|Ahead of print publication
Commentary on “A modified fixation technique for the cure of buried penis in children”
Sofia Gereta1, Adan N Tijerina1, Safiya-Hana Belbina1, E Charles Osterberg1,2
1 Dell Medical School, University of Texas at Austin, Austin, TX 78712, USA
2 Division of Urology, Department of Surgery and Perioperative Care, Dell Medical School, University of Texas at Austin, Austin, TX 78712, USA
|Date of Submission||31-Jan-2022|
|Date of Acceptance||14-Feb-2022|
|Date of Web Publication||10-May-2022|
Dell Medical School, University of Texas at Austin, Austin, TX 78712
Source of Support: None, Conflict of Interest: None
Article in PDF
|How to cite this URL:|
Gereta S, Tijerina AN, Belbina SH, Osterberg E C. Commentary on “A modified fixation technique for the cure of buried penis in children”. Asian J Androl [Epub ahead of print] [cited 2022 May 24]. Available from: https://www.ajandrology.com/preprintarticle.asp?id=345022
Congenital buried penis is an uncommon urological anomaly affecting approximately 0.3% of young children. Buried penis occurs when a normal-length penis appears to be externally small, and congenital forms are associated with poor attachment between the penile base and skin, inelastic dartos fascia, inadequate outer penile skin, or excess suprapubic fat deposition., Buried penis is often asymptomatic but may contribute to voiding and erectile dysfunction, phimosis, infections such as balanitis and urinary tract infections, as well as psychosocial morbidity. A commonly used surgical reconstruction approach is fascial fixation repair, which recreates the natural exposure of the penile shaft. While not every child with buried penis requires reconstruction, surgery is generally indicated to restore normal voiding ability, improve penile length, and prevent future sexual dysfunction. Postoperative complications after buried penis repair generally include infection and genital lymphedema, as well as wound contracture and recurrence of retraction, but exact incidence rates are difficult to report.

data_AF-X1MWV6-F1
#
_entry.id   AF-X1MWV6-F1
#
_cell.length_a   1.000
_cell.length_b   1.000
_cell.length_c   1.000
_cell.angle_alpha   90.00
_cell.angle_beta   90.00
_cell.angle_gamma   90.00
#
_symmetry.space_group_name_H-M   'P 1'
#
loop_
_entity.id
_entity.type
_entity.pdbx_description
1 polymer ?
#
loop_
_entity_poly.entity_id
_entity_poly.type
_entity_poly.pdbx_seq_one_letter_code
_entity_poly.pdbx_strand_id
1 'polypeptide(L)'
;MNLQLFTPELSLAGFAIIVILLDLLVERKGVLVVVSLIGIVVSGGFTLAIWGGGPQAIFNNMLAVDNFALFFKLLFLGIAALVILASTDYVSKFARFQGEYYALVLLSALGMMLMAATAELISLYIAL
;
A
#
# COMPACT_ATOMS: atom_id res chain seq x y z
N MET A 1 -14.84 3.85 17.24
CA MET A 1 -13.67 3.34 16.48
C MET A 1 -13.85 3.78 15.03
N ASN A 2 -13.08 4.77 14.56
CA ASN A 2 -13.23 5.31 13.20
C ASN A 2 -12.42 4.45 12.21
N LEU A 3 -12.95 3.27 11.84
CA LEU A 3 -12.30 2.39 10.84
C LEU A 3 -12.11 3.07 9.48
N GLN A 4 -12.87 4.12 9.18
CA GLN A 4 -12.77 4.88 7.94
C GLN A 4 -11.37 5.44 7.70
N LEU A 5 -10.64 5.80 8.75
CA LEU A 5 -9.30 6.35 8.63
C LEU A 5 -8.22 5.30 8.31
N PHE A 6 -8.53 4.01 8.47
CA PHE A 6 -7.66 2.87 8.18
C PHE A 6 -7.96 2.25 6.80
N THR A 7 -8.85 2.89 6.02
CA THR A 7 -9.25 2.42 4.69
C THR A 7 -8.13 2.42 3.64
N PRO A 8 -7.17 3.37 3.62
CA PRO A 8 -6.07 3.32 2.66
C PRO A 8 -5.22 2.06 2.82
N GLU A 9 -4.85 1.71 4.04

In the accompanying article, Cui et al. describe a modified fixation technique that aims to reinforce the penile base more effectively during a fascial fixation repair of buried penis. The authors first separated the leaves of the prepuce, degloved the body of the penis, and removed the surrounding fibrotic tissue. They then anchored Scarpa's fascia, Buck's fascia, and the skin at the 10 o'clock and 2 o'clock positions at the dorsal base of the penis, using prolene over silk suture for additional reinforcement. The penile shaft was then covered with the inner leaf of the prepuce.
The authors conducted a retrospective analysis of 201 pediatric patients at a single hospital who received their modified fixation or a traditional fixation during buried penis repair by a single surgeon. During the 5-year study period, the traditional fixation technique was used during the first three years and the modified technique was used during the latter two.